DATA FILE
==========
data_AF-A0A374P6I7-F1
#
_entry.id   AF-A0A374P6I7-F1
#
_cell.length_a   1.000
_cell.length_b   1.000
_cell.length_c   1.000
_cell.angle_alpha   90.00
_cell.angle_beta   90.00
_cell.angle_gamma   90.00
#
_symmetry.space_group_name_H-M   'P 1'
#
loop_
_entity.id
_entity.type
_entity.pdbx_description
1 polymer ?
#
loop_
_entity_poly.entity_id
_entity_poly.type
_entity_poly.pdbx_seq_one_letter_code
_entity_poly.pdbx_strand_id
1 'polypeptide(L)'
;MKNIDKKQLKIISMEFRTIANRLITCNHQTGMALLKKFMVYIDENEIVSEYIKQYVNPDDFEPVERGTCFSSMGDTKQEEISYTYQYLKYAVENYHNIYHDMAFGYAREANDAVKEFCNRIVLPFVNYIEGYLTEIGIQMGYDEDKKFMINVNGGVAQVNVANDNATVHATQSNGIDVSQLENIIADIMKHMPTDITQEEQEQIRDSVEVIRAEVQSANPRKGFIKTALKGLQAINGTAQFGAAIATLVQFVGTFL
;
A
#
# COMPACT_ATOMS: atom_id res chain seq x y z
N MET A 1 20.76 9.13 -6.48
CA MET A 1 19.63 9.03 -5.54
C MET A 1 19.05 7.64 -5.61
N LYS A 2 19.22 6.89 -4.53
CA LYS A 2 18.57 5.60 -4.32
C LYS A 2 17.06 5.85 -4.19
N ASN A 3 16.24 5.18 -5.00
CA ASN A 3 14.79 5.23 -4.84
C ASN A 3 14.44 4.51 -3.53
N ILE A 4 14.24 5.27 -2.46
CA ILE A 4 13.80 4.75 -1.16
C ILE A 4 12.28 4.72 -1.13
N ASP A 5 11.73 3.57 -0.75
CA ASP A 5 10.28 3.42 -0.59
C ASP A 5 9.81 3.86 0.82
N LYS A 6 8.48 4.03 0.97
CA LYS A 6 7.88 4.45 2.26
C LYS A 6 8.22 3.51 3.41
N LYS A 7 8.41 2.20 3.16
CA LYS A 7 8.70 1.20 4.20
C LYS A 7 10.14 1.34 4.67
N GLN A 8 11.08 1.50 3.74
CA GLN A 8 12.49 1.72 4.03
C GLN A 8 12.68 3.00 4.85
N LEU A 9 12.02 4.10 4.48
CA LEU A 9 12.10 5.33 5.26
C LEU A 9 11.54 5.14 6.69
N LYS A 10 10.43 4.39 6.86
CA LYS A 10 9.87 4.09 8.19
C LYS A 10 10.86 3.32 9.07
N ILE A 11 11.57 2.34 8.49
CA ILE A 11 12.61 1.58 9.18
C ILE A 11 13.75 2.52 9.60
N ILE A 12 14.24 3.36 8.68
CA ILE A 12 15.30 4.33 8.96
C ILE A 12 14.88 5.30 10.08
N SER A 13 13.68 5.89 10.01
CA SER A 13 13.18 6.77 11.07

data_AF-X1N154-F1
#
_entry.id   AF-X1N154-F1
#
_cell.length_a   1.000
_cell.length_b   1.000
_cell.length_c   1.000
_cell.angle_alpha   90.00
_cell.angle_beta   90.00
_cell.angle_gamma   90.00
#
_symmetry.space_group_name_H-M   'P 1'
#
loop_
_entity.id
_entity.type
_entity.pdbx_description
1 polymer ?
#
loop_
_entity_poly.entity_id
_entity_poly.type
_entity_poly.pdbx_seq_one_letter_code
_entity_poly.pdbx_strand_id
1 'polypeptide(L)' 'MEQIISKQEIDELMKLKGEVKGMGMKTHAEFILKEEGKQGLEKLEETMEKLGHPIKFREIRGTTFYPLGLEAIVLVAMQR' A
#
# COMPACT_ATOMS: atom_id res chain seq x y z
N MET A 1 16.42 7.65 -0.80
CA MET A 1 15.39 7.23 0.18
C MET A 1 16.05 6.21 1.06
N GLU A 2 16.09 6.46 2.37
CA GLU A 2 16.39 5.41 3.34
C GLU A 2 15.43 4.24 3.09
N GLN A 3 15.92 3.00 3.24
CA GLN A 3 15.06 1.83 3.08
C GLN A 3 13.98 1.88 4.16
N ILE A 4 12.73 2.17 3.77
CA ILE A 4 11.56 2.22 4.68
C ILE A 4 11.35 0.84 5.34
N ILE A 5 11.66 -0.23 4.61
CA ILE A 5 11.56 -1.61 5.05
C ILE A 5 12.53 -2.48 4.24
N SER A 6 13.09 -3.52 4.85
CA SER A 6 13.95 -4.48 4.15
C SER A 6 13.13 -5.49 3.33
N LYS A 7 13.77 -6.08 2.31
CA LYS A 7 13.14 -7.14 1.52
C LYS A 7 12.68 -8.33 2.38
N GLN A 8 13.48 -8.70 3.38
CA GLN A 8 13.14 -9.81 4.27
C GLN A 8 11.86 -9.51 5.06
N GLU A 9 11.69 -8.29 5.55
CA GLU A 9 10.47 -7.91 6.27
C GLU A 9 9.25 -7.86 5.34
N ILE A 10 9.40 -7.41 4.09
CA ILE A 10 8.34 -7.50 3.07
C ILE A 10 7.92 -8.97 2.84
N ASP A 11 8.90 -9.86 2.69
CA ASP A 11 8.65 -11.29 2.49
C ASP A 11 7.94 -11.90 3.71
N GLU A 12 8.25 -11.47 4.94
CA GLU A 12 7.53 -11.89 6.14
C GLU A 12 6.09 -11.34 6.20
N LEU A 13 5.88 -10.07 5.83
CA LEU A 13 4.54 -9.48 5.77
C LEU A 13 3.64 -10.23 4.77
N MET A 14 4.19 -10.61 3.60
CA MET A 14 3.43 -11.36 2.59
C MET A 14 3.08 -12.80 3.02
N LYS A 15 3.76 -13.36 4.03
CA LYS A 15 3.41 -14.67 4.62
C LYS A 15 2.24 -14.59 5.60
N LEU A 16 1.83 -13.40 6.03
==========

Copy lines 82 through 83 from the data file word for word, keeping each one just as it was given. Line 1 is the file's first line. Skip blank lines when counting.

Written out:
loop_
_entity.id